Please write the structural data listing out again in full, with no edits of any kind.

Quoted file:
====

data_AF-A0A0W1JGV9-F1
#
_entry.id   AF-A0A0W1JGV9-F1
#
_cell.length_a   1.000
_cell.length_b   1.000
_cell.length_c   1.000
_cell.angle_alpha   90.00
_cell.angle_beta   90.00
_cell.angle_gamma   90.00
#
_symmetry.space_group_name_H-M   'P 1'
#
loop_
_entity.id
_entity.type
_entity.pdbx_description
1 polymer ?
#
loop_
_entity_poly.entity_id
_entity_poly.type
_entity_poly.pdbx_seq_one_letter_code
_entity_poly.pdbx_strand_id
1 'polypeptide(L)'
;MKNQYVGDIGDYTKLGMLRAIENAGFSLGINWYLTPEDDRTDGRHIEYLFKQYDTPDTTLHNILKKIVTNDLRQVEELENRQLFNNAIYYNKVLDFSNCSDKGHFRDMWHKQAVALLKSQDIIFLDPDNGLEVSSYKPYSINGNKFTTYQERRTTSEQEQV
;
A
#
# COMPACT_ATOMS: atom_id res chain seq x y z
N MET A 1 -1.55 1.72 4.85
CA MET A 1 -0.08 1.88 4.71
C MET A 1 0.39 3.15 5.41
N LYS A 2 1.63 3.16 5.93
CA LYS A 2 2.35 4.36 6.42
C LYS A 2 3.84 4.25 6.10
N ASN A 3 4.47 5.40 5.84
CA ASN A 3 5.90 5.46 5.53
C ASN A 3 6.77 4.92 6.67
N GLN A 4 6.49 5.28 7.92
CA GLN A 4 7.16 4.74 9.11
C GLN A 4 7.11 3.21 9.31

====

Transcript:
data_AF-A0A0W1JGV9-F1
#
_entry.id   AF-A0A0W1JGV9-F1
#
_cell.length_a   1.000
_cell.length_b   1.000
_cell.length_c   1.000
_cell.angle_alpha   90.00
_cell.angle_beta   90.00
_cell.angle_gamma   90.00
#
_symmetry.space_group_name_H-M   'P 1'
#
loop_
_entity.id
_entity.type
_entity.pdbx_description
1 polymer ?
#
loop_
_entity_poly.entity_id
_entity_poly.type
_entity_poly.pdbx_seq_one_letter_code
_entity_poly.pdbx_strand_id
1 'polypeptide(L)'
;MKNQYVGDIGDYTKLGMLRAIENAGFSLGINWYLTPEDDRTDGRHIEYLFKQYDTPDTTLHNILKKIVTNDLRQVEELENRQLFNNAIYYNKVLDFSNCSDKGHFRDMWHKQAVALLKSQDIIFLDPDNGLEVSSYKPYSINGNKFTTYQERRTTSEQEQV
;
A
#
# COMPACT_ATOMS: atom_id res chain seq x y z
N MET A 1 -1.55 1.72 4.85
CA MET A 1 -0.08 1.88 4.71
C MET A 1 0.39 3.15 5.41
N LYS A 2 1.63 3.16 5.93
CA LYS A 2 2.35 4.36 6.42
C LYS A 2 3.84 4.25 6.10
N ASN A 3 4.47 5.40 5.84
CA ASN A 3 5.90 5.46 5.53
C ASN A 3 6.77 4.92 6.67
N GLN A 4 6.49 5.28 7.92
CA GLN A 4 7.16 4.74 9.11
C GLN A 4 7.11 3.21 9.31